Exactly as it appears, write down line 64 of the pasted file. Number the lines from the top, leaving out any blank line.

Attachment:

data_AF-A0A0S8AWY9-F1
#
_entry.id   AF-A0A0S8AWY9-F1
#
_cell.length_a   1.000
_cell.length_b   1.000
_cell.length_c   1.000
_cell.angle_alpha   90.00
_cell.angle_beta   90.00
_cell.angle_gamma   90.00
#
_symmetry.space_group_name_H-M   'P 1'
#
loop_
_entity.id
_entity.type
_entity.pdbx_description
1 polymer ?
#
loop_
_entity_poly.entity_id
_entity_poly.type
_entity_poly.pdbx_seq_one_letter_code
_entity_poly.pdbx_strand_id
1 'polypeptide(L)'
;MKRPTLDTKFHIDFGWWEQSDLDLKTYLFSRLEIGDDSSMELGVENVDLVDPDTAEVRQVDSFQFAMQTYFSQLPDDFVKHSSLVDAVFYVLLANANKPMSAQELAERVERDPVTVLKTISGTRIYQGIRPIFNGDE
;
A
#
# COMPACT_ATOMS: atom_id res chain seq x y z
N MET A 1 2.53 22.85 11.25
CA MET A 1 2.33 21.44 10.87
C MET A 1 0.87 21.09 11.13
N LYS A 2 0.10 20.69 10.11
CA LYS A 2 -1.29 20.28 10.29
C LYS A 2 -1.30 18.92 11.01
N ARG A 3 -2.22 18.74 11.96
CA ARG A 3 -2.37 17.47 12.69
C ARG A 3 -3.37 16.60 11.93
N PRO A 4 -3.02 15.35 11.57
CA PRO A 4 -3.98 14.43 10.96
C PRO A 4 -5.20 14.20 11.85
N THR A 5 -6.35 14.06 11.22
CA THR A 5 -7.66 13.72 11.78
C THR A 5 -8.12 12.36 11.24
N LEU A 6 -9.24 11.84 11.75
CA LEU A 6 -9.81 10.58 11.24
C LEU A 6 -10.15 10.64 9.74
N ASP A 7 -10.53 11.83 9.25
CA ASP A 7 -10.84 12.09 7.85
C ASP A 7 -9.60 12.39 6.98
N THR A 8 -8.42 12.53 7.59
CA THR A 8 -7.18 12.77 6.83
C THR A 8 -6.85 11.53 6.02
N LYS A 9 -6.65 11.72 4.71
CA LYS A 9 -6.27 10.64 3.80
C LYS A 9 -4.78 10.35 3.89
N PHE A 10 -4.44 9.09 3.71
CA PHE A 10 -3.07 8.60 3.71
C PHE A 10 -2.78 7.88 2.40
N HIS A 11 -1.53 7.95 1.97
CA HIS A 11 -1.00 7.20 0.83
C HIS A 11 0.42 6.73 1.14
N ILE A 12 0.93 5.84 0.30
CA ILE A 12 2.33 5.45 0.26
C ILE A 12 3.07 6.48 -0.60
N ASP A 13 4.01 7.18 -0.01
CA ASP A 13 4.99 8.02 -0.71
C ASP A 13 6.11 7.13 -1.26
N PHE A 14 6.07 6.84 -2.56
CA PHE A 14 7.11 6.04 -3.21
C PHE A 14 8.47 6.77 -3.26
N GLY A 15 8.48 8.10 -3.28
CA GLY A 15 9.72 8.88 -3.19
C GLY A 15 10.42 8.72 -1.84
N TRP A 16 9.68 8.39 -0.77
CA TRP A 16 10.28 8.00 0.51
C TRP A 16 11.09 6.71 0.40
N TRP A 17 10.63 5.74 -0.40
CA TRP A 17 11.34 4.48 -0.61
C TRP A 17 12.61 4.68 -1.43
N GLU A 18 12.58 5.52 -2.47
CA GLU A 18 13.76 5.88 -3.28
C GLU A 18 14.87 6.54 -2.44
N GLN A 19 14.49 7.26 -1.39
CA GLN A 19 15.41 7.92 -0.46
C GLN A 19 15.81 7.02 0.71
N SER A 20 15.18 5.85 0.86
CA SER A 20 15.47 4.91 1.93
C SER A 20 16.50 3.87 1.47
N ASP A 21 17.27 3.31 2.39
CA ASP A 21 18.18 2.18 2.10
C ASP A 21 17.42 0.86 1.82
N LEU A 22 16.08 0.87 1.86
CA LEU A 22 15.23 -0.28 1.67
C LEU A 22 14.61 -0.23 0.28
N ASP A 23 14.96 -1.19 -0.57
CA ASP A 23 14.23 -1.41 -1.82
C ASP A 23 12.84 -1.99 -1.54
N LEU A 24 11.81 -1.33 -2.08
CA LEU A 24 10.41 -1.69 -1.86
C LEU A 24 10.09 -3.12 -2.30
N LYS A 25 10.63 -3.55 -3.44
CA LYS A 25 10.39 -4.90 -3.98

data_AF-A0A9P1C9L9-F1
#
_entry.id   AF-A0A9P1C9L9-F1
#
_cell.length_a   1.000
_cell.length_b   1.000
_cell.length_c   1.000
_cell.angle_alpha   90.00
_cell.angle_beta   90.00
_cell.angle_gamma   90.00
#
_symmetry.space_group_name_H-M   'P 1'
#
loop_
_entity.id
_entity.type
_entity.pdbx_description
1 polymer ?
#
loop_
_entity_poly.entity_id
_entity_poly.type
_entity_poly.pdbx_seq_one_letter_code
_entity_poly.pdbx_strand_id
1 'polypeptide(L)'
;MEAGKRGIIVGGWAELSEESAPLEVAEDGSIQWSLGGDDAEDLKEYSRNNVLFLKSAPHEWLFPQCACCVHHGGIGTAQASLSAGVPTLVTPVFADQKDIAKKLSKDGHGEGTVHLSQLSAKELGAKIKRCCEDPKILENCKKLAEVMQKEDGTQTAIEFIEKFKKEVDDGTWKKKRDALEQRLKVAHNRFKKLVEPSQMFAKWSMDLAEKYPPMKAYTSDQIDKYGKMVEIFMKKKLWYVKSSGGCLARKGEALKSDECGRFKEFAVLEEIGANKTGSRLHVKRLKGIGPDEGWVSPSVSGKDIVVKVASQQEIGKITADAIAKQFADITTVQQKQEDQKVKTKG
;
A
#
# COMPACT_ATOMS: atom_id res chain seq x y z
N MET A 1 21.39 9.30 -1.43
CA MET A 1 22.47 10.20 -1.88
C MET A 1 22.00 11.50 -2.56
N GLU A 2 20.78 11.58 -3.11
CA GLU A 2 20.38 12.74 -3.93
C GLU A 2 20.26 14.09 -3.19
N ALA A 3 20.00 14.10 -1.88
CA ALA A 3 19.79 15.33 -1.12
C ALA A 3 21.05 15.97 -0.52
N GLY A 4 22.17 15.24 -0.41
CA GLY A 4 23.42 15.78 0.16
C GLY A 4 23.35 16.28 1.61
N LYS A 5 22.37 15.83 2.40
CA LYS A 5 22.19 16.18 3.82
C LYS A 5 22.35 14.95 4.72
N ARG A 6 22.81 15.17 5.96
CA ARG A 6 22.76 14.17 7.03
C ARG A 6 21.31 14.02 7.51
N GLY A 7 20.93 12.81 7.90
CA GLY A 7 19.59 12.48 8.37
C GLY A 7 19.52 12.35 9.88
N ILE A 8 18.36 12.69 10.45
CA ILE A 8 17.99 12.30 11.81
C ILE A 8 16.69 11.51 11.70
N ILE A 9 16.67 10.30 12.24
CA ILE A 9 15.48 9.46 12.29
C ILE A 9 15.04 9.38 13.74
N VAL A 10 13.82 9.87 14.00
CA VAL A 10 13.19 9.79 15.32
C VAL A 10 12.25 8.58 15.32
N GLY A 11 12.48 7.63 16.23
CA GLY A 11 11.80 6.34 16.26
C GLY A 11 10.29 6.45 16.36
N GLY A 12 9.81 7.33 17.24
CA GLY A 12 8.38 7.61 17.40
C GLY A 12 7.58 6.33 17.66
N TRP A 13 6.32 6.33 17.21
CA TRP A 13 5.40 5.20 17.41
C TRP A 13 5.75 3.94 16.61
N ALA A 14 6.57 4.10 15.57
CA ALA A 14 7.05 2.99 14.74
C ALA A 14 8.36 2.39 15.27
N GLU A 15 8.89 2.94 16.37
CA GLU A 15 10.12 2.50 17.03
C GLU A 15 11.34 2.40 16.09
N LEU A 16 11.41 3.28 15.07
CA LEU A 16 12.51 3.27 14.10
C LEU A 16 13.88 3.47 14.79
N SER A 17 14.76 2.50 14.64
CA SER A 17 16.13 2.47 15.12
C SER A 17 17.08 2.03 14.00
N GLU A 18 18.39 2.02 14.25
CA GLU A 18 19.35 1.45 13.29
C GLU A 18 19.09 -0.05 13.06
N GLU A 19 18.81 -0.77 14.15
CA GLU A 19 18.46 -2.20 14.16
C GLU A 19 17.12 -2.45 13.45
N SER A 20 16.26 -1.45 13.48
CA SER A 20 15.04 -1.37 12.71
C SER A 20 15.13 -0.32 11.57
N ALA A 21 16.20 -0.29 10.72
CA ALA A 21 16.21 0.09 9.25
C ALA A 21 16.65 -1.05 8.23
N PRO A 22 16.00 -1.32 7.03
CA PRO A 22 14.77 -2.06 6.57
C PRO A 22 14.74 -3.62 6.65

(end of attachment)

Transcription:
N ILE A 12 0.93 5.84 0.30